State teachers go digital

The government plans to provide laptop computers to permanently employed state teachers as a teaching aid at cost of almost R3-billion in the next five years.

Teacher unions warned last week that the roll-out would have to be coupled to training and analysts emphasised that the Education Department must monitor the benefits.

Deputy director general Firoz Patel said national government would hand the provinces R550-million a year over five years to provide computers.

”The minister realises that quality education is often elusive and that the computer can catapult one over the tedious development route,” Patel said.

The department wants to give teachers the tools to make the revised outcomes-based education (OBE) system work, he said.

Many teachers have been inadequately trained for OBE and some do not understand the content they are expected to teach.

Patel said it could take 10 years to retrain teachers, at great cost, but through the use of computers training could be accelerated and materials made available. ”They could have access to lesson plans, for example.”

Every qualifying teacher will be entitled to a computer on application. ”Investigations are under way about whether the computers will be purchased outright, through a monthly subsidy for five years, or through an allowance.”

Implementation is expected to occur in the 2009-10 financial year. Formal consultations with trade unions would take place only once the investigation is completed, Patel said.

One model could entail teachers receiving R1 500 annually and choosing their laptops according to their needs, but there would be norms and standards. Depending on their chosen package, they would have to top up from their own funds.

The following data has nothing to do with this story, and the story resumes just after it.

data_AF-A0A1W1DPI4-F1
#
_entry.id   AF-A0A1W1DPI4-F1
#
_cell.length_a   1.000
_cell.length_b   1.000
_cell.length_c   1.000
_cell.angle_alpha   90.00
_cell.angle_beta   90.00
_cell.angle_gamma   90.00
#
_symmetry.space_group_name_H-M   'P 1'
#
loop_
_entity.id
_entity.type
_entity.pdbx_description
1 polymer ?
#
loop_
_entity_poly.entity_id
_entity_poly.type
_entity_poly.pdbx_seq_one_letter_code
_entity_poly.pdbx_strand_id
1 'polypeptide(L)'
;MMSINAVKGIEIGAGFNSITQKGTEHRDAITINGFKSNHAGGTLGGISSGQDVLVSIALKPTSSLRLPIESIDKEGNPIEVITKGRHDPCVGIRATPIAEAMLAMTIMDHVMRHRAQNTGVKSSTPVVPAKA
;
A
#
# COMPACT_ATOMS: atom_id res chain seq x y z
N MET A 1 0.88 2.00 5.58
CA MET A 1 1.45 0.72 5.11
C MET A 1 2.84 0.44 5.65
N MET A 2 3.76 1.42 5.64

Patel said computers could be replaced after five years. The subsidy or allowance would be a benefit for the duration of the teacher’s career.

The allowance or subsidy will cover internet usage through a data card or fixed line and wind-up generators or solar-powered batteries would accommodate rural teachers.

No face-to-face training is envisaged, but the use of software to assist with training is being investigated.

We make it make sense

If this story helped you navigate your world, subscribe to the M&G today for just R30 for the first three months

Subscribers get access to all our best journalism, subscriber-only newsletters, events and a weekly cryptic crossword.”

Primarashni Gower
Guest Author

Related stories

WELCOME TO YOUR M&G

Already a subscriber? Sign in here

Advertising

Latest stories

Joshua Cohen’s ‘The Netanyahus’ wins the Pulitzer Prize for fiction

The Pulitzer Prize awards grants another controversial award to a book that mixes both fiction and non-fiction

Court hears text message irrelevant to Mkhwebane’s legal fortunes

Advocate Andrew Breitenbach, appearing for parliament, said the message he received did not advantage his client and was no cause to suspend the impeachment inquiry against the public protector

Tazné van Wyk murder trial: accused twin sister brought in...

Murder accused’s twin sister tells court of interacting with the accused two days after the deceased went missing

Those who attack funerals self-identify as pariahs

What happens in Israel and Palestine does not affect Israelis and Palestinians, alone. It fuels a global fault-line of mistrust, suspicion, intolerance and violence
Advertising

press releases

Loading latest Press Releases…
×